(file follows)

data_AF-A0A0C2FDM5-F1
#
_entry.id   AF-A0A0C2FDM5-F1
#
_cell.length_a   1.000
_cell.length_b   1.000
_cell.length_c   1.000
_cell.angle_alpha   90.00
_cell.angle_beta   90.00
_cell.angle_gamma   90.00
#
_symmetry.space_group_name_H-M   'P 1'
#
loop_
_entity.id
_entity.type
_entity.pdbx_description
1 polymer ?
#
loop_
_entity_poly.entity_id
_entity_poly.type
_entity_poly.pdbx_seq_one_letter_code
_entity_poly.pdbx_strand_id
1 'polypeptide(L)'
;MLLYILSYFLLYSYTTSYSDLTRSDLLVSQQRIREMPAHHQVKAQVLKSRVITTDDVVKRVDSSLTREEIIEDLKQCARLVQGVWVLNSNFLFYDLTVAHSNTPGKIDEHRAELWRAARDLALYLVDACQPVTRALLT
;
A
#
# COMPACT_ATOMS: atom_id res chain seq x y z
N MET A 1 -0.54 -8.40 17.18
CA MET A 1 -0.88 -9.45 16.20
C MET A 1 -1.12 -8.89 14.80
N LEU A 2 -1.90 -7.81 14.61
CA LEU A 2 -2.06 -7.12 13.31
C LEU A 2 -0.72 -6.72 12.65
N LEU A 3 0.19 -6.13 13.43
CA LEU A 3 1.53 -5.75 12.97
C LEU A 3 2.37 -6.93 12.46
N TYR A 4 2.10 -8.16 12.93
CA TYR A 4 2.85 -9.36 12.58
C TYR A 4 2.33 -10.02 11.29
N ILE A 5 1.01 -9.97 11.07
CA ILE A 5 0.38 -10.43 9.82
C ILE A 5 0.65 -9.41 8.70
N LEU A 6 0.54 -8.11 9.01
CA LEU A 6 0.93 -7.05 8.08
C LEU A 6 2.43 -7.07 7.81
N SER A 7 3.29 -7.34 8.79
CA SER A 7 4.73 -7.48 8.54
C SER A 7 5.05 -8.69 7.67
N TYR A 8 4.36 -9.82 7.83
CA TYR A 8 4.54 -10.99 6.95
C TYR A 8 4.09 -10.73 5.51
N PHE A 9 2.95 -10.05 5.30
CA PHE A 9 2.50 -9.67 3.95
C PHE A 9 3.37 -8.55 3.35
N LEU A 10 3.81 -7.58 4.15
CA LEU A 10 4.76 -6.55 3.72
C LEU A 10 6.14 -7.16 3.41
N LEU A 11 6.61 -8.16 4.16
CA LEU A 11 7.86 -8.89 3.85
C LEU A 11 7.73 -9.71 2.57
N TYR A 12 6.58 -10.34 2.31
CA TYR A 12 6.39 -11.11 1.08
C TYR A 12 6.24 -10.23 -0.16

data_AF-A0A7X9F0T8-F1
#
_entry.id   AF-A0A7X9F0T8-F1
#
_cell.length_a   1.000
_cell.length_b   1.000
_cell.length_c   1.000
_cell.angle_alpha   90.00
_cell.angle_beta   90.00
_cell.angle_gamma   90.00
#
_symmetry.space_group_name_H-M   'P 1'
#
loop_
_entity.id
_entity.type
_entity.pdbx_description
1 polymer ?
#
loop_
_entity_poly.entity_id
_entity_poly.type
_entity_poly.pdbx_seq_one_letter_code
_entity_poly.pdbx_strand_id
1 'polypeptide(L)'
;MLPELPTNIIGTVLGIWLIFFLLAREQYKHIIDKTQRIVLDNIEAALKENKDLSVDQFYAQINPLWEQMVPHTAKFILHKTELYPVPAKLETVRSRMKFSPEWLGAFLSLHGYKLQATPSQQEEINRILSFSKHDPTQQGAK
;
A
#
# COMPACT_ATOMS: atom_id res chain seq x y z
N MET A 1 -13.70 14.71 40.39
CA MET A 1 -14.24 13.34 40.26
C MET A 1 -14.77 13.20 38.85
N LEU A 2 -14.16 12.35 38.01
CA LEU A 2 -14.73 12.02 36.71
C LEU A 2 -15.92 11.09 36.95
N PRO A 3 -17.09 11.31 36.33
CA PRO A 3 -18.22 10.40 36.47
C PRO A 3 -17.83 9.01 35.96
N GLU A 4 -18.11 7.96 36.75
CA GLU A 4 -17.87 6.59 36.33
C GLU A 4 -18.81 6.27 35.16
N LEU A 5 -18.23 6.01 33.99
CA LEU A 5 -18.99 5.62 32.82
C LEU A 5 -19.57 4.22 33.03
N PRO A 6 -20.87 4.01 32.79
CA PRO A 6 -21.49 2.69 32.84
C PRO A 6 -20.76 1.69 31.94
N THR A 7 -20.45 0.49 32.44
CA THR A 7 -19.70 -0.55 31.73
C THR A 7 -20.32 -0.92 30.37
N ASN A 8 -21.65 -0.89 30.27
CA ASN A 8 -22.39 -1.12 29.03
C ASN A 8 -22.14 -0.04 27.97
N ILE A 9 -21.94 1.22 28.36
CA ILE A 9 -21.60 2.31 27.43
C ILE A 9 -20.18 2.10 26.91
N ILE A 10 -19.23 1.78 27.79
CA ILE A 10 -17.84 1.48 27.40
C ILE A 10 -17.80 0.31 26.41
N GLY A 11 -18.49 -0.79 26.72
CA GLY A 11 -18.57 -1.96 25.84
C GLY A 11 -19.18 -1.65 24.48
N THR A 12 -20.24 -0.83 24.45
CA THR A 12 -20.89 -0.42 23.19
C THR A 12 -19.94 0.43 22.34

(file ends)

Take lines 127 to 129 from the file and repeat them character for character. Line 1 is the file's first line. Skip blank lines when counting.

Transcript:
N GLY A 11 -18.49 -0.79 26.72
CA GLY A 11 -18.57 -1.96 25.84
C GLY A 11 -19.18 -1.65 24.48